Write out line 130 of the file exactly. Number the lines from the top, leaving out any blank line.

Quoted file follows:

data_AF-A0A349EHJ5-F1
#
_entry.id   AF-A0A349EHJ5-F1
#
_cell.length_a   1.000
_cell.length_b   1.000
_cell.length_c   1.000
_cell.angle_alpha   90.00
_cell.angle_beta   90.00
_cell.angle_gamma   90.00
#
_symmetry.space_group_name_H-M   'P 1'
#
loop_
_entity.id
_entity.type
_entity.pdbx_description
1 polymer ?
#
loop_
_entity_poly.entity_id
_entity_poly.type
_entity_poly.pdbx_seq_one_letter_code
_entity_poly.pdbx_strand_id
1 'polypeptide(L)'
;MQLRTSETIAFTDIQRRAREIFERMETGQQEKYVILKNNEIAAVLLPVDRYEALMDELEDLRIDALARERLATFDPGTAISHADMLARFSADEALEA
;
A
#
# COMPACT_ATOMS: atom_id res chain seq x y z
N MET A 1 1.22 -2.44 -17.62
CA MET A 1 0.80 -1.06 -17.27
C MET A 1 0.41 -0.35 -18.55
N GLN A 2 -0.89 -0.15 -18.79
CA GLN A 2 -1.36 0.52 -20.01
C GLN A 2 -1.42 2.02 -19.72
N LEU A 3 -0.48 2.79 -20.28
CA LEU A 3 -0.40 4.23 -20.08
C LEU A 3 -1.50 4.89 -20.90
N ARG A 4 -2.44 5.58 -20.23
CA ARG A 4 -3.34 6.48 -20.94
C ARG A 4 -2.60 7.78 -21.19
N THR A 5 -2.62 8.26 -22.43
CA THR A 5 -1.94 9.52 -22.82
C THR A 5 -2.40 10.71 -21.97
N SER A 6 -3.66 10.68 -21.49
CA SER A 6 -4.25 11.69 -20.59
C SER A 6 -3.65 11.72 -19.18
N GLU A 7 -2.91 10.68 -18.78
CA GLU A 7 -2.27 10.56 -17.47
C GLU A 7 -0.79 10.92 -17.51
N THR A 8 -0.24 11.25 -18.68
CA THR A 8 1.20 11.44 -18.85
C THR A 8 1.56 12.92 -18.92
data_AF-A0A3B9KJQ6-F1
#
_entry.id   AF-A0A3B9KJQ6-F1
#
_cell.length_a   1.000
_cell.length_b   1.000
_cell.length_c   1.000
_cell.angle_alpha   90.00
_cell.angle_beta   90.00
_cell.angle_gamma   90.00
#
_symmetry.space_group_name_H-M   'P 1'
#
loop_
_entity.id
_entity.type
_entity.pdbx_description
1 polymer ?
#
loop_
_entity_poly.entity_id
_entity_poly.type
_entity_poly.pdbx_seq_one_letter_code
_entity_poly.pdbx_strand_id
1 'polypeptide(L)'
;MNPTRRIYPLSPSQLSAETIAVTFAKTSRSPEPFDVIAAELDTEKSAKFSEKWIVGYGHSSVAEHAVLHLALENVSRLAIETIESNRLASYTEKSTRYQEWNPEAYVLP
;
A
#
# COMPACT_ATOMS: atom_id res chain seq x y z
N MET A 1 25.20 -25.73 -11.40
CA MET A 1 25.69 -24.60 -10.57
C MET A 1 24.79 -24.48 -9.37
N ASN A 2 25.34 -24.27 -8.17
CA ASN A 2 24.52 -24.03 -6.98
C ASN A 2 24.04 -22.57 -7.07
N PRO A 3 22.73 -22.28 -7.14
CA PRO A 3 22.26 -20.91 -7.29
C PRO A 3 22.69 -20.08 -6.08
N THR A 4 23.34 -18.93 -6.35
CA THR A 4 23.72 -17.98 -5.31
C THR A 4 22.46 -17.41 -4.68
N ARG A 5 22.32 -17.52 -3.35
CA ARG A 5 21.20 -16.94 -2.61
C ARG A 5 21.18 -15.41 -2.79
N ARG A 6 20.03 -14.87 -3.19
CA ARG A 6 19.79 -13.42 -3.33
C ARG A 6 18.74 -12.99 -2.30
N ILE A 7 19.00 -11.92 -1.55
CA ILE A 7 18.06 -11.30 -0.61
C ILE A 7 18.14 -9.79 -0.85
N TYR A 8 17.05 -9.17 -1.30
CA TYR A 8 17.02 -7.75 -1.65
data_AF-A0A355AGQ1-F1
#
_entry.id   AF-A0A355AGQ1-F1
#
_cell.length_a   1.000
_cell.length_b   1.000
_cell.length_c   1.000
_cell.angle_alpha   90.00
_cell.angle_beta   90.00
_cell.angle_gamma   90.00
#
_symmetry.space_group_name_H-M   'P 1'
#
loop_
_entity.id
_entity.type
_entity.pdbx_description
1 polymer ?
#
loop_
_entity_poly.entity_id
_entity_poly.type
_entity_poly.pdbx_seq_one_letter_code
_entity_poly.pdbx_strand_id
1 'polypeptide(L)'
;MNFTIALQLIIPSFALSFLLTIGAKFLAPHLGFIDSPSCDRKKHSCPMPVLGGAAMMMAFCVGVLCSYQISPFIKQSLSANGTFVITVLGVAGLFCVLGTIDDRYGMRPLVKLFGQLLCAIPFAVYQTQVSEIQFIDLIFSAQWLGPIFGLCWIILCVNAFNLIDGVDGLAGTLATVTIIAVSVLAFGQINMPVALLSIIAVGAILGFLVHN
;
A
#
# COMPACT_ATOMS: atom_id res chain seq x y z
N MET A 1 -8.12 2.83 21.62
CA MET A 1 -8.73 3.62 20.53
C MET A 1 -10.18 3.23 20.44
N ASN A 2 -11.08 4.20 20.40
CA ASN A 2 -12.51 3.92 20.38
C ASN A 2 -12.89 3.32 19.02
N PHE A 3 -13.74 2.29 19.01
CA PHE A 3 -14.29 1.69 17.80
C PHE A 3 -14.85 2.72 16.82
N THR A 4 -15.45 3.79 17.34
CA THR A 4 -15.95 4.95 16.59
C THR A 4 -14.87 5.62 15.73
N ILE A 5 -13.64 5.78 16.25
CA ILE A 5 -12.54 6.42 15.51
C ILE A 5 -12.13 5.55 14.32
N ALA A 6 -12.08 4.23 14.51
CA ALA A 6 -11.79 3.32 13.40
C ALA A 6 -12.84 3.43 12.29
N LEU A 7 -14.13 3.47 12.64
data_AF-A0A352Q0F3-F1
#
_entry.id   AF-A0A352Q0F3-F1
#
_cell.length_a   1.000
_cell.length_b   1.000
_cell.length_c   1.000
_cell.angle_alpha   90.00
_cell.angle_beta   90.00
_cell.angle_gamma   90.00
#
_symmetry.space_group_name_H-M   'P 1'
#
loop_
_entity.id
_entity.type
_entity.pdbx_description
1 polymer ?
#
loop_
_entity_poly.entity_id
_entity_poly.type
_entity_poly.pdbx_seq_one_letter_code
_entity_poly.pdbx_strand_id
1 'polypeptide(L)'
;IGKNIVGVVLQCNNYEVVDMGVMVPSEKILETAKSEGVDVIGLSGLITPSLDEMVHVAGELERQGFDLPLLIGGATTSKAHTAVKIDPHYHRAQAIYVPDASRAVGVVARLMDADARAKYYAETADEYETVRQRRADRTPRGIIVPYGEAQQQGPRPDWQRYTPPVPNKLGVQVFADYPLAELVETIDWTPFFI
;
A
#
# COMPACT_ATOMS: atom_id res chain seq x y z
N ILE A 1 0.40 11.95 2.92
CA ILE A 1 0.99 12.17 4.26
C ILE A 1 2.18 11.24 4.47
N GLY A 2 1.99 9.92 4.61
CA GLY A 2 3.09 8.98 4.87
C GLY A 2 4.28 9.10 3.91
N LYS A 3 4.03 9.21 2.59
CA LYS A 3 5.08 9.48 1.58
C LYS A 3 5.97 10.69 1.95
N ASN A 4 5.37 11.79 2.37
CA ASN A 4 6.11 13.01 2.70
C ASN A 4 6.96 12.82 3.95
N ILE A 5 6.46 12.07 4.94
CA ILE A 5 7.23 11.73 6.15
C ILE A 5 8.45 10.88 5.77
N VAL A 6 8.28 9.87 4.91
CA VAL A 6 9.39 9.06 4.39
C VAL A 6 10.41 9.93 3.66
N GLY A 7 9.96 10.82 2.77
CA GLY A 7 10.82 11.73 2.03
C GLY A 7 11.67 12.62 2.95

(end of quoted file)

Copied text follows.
_entity_poly.pdbx_seq_one_letter_code